Mini survey results: Living in perceived reality?

Students from NMIMS Bangalore as part of their social internship program with Faith Foundation conducted a survey around their Koramangala campus area and surveyed a group of 62 people ranging from age 18 to 55 about their views about Child Sex Abuse (CSA). These are some findings from the local survey which will surely amaze you.

Are girls or boys more prone to sexual abuse?

When asked which gender is more prone to this heinous crime, 75% said that it is female gender. It’s a myth that a girl child is more prone to abuse but the facts available in the public domain could give many of those respondents a shock. According to official statistics from a survey (Source – http://www.childlineindia.org.in/pdf/MWCD-Child-Abuse-Report.pdf) done in 2007, as high as 53% of victims of sexual abuse are male children. Could it be that the perpetrators know there is no caution from parents or caretakers when it comes to the safety of boys?

Figure1

Who are those perpetrators?

We share an earnest bond with our relatives and friends. We share the most important things in our lives with them; celebrate the happy and sad times together. So, we always think that children are safe with them and that is what the perception of people when asked about their child safety. A majority said that its strangers who are a threat to a child’s innocence which is again a myth. The 2007 survey* results indicates that our children are at more risk with the relatives and/or friends. Around 90% of the cases of child sex abuse reported are from the close and distant family and mere 10% from the strangers. These numbers show the grim reality and it’s a call for action to protect the children from these known strangers.

Figure2

Are our children safe?

When asked if the children around them are safe or not, then most of the survey respondents said that “THEY ARE NOT SAFE”.

Figure3

This graph shows that around 55% feel that their children are not safe. Most of the survey respondents however mentioned that they will report to the police if they come across an abuser.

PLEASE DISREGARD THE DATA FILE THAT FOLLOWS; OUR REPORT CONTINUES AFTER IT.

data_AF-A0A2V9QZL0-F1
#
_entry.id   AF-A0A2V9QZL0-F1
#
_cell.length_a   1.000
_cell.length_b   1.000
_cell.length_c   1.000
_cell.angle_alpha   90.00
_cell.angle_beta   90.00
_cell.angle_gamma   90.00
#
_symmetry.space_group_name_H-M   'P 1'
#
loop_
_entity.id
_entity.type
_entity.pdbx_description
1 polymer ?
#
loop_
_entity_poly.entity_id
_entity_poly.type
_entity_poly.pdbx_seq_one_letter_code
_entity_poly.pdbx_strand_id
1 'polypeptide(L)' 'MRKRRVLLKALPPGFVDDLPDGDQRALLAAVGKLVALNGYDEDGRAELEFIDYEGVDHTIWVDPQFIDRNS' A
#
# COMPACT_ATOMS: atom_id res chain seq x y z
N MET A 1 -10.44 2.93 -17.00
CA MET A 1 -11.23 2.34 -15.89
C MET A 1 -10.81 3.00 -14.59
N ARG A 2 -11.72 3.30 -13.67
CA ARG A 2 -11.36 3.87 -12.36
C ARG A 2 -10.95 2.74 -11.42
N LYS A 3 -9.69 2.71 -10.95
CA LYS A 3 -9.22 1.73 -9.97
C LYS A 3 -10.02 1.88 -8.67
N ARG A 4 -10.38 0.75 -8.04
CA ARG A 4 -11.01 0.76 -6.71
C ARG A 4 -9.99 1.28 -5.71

Figure4

As we know prevention is better than cure, there was a general consensus that children should be taught and made ready to face these situations. But in case it has already happened, according to people – talking to the child or taking him/her to the counsellor would be the best option.

More survey details are available in the presentation file uploaded on Faith Foundation’s Linkedin page

https://www.linkedin.com/company/faith-foundation

The role of NGO’s in reducing and/or eliminating Child Sex Abuse

This small survey has provided great insights on the current level of awareness among general public on the subject of Child Sex Abuse. Some of the notes as written by a few survey participants are included below:

  • “Lack of an open environment and also the mindset plus parent’s ability to communicate with kids regarding these issues”
  • “Basic education on a good/bad touch is not given properly in the fear of polluting the kid’s brain”
  • “Mental health issues, not aware of what is right or wrong. No people to talk to when faced with such a situation”
  • “Awareness leads to prevention”
  • “I think in our society such issues are focussed on educating the girls about this; high time it changed and focus should be rather on educating the male section”

This leads us to think that people need a powerful backing in terms of an authority or an institution to go to when they come across situations like these. The children have to be educated about body parts, about the safe and unsafe touch. The parents have to be trained on how to talk to their own child instead of taking help from a counsellor. There should be more awareness about this cause and the channels that could be used for spreading awareness can be social media and newspapers.

~ Written by Chandni Puri, with contributions from Palak Gaba, Richa Sinha, Sumit Pandharikar & Susmitha Patnaik, students from Narsee Monjee Institute of Management Studies, Bangalore as part of their We Care Internship program with Faith Foundation in February 2016.

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About:

Faith Foundation (www.wefightabuse.org) is a Registered Trust based in Bangalore that fights against Child Sex Abuse. The organization provides empowerment to children, teenagers and adults via tailored workshops and seminars.

Udyam, the Social Responsibility Committee of NMIMS Bangalore (www.nmimsbengaluru.org) organises various events and initiatives to sensitise the students about social issues prevalent in the society.

We Care is a three-week long flagship internship where Udyam places the students of the first year PGDM course with various NGOs to use their managerial skills and help in the causes of the NGOs.

 

 

 

 

 

 

 

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